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The Missouri Economy: In Transition or Decline? David M. Mitchell Associate Professor –Dept. of Economics Director—Bureau of Economic Research and the.

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Presentation on theme: "The Missouri Economy: In Transition or Decline? David M. Mitchell Associate Professor –Dept. of Economics Director—Bureau of Economic Research and the."— Presentation transcript:

1 The Missouri Economy: In Transition or Decline? David M. Mitchell Associate Professor –Dept. of Economics Director—Bureau of Economic Research and the Center for Economic Education Missouri State University

2 The Missouri Economy in Brief

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4 Missouri Regions and Major MSAs

5 United States and Missouri Housing Price Comparison

6 Housing Price Index for Major Missouri Cities (1995:1 = 100)

7 Missouri SA Employment (HH survey)

8 Missouri Employment (SA)

9 Missouri SA employment Jan 00 to Oct 09

10 Missouri Employment SA Jan 00 to Oct 09

11 Employment by City/Rural (Jan 1990 = 100)

12 Which MO Industries have lost jobs? Percent of job losses by Industry

13 Job Loss Comparison (Dec 07-Oct 09)

14 Mo Professional and Business Employment

15 Missouri Construction Employment

16 Missouri Manufacturing Employment

17 Change in Missouri Employment (Nov 2007 to Oct 2009)

18 US and Missouri Employment (Jan 2000 = 100)

19 Missouri Employment (Long Run)

20 Missouri Unemployment Rate by County

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22 Missouri Unemployment Rate (SA)

23 United States and Missouri Unemployment Rates Compared

24 Change in Real Taxable Sales (YTD)

25 Change in Real Taxable Sales ( YTD)

26 Every lost job in Missouri diminishes taxable sales by $16,435 or decreases in sales tax revenue of approximately $1,477. Every job lost in Missouri diminishes total tax collections (income and sales tax) by about $3,600— therefore, we see a decrease of approximately $570 million. This does not include the decrease in gas tax, alcohol, etc. or the increase in costs for greater AFDC, food stamps, Medicaid, unemployment compensation, etc.

27 Also, consider what employment would be at if we didn’t have the ‘bowl effect’ and had grown at the rate in the 1990s. Assume no recession, and employment would be 3,427,000 today—an additional 700,000 jobs or $2.5 billion in the state budget or an increased $11.5 billion in taxable sales compared to today. With the same percentage drop in the current recession? Employment would be 3,058,000 or an increase of 325,000 jobs compared to today—an additional $1.2 billion in the state budget or an increased $5.3 billion compared to today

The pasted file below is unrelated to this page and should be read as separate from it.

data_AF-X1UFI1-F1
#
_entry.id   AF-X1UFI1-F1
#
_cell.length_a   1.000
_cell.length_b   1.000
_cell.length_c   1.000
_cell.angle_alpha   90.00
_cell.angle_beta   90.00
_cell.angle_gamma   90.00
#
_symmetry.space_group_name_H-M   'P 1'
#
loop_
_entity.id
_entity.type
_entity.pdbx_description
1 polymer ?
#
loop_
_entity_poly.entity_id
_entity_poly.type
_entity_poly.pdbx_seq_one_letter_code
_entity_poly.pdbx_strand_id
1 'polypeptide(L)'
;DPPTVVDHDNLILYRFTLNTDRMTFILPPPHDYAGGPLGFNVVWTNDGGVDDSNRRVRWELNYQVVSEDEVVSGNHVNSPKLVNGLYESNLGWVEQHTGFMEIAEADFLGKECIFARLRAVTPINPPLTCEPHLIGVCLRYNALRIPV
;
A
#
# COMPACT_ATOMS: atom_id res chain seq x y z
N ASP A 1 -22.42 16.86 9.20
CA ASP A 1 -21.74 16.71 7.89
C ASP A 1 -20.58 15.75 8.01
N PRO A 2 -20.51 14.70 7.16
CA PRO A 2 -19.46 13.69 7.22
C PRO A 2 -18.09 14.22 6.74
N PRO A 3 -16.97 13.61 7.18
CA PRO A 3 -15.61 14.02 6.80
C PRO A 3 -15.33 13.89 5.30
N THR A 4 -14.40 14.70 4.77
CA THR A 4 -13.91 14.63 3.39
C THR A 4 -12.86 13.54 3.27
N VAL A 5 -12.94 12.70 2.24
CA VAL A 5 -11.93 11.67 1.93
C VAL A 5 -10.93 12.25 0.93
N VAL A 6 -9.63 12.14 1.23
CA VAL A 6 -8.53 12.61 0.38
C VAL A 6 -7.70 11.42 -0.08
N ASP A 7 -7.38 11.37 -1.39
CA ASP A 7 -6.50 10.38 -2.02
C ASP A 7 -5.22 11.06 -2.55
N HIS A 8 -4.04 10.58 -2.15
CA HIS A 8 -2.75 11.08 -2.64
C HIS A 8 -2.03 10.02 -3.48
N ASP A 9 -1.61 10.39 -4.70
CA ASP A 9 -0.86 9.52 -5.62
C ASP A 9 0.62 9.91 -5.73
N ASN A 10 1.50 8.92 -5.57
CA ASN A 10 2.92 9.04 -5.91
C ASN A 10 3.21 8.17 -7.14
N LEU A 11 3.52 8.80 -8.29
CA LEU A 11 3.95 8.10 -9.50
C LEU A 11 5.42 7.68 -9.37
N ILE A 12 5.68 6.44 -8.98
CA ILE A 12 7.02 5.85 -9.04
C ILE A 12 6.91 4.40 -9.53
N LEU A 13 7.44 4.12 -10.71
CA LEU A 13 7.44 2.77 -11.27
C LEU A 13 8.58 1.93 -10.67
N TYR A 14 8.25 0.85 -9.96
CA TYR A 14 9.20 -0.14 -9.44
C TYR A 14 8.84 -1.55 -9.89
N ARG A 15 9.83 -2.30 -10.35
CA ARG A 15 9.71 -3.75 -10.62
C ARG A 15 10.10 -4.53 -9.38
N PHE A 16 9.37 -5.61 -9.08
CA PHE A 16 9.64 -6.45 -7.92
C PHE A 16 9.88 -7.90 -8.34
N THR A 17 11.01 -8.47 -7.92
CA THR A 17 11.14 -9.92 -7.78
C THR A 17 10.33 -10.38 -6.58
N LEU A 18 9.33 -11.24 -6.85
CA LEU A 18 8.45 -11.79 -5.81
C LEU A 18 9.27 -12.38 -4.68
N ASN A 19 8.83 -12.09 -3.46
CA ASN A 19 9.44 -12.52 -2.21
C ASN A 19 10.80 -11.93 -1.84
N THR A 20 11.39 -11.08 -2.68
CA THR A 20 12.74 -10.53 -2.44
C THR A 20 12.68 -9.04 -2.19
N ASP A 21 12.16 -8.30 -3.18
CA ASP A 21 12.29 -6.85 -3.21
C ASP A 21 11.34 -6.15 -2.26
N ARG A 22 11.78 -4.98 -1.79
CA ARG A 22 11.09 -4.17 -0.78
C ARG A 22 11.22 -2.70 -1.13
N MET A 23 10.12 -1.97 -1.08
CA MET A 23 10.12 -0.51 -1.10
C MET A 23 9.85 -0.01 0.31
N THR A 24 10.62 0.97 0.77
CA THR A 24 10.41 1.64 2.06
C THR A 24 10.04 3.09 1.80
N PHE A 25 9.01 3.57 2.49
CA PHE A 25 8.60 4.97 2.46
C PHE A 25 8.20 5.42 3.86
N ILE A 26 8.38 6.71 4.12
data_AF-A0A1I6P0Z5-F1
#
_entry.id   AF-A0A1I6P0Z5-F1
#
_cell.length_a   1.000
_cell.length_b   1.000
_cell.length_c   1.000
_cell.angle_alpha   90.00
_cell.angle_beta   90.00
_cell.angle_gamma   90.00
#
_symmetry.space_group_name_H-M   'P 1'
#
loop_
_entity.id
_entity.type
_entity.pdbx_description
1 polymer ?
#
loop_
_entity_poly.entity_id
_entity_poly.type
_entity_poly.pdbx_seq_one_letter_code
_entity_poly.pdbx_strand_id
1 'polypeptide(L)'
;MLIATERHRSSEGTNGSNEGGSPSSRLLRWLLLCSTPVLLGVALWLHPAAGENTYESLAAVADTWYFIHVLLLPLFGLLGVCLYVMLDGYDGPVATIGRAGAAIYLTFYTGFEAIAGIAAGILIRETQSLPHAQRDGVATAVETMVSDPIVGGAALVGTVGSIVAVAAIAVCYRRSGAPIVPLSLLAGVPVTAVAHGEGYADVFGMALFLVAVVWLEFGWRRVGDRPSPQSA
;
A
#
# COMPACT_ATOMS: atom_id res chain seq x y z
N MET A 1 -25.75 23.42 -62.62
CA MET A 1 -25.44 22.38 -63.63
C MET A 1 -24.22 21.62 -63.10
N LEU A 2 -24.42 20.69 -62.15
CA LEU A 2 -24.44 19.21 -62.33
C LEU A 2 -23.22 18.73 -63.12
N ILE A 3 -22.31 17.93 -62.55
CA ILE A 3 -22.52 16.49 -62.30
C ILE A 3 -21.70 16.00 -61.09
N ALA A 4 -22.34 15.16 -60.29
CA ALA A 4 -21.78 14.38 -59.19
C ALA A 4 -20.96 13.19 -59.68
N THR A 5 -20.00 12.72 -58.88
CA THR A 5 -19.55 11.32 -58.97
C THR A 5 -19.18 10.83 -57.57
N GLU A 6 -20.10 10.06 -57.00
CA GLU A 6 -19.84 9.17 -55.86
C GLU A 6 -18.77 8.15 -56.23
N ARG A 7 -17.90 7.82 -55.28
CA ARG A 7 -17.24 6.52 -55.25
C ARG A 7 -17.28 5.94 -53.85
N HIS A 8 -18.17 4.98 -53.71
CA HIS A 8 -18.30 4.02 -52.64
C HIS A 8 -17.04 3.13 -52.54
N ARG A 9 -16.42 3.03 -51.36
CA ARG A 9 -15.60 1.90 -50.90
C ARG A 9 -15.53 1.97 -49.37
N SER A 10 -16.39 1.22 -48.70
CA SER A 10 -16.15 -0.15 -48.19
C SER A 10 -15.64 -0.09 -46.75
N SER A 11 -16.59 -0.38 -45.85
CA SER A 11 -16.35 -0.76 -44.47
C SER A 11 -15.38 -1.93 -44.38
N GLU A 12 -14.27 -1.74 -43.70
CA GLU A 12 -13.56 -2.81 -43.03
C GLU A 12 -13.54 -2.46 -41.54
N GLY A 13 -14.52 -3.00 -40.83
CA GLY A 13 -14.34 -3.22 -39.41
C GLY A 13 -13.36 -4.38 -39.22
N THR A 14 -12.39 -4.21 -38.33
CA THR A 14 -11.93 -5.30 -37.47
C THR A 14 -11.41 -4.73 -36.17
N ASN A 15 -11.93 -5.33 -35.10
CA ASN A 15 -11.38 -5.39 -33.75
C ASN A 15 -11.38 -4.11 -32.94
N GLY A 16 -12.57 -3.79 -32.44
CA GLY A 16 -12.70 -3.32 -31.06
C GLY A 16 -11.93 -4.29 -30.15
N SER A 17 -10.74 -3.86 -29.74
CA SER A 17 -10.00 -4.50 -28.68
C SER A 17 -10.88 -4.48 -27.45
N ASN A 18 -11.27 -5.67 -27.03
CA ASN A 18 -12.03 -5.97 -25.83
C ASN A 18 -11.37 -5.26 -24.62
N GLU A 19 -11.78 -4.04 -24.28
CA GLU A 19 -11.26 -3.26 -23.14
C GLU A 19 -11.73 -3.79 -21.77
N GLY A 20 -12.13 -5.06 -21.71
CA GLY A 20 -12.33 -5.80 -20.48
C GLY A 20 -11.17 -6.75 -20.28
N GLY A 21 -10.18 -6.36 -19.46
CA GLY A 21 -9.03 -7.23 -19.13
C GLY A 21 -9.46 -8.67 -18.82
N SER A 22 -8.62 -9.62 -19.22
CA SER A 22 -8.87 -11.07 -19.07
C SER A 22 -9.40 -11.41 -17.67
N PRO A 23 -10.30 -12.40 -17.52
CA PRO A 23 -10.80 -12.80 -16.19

28 Missouri Real Taxable Sales (SA)

29 Forecast of Missouri for 2010 Based on US GDP growing at 2.1% and US unemployment rate of 9.6% Mo Employment will decline another 5,040 to million Mo Unemployment Rate of 10.1% Missouri Taxable Sales—flat Missouri Tax Revenue—down 4%

30 Missouri and the Midwest GSP as a percent of US GDP

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32 Actual vs. Projected Missouri Personal Income (Sept dollars)

33 Cumulative percent actual MO PI is below Projected PI

34 Growth of Missouri PI less Growth of US PI

35 Missouri Gross State Product as a percent of US GDP

36 Missouri GSP (Real and Projected)

37 Cumulative percent actual MO GSP is below Projected GSP

38 Growth of Missouri GSP less Growth of US GDP

39 US and Mo Employment Comparisons

40 Actual and Projected Missouri Employment

41 Difference between Projected and Actual Jobs

42 Growth of Missouri Employment less Growth of US Employment Seasonally Adjusted Year over Year

43 Understanding the Problem The Missouri economy has been in a state of decline for over 50 years Had the Missouri economy grown at the same rate of the nation, its Gross State Product would be 35% larger than today. Furthermore, had the Missouri economy grown at the same rate as the nation, its Personal Income would be 20% larger than today


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